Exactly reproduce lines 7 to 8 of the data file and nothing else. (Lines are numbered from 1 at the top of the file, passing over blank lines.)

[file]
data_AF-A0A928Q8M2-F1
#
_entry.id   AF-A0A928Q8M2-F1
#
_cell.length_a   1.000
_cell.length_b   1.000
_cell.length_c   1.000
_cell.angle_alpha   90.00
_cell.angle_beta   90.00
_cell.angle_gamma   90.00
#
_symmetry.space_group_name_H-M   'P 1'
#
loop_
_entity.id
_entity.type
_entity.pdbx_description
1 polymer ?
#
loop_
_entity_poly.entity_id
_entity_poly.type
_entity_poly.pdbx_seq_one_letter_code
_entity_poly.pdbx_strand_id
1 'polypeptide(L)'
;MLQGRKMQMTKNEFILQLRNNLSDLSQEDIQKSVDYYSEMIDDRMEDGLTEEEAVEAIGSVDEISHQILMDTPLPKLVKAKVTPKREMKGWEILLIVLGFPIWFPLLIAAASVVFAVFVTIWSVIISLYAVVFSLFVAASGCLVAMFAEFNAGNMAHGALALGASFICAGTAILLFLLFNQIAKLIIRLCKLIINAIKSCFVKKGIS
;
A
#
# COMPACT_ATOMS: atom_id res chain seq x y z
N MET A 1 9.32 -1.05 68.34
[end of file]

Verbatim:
_cell.length_c   1.000
_cell.angle_alpha   90.00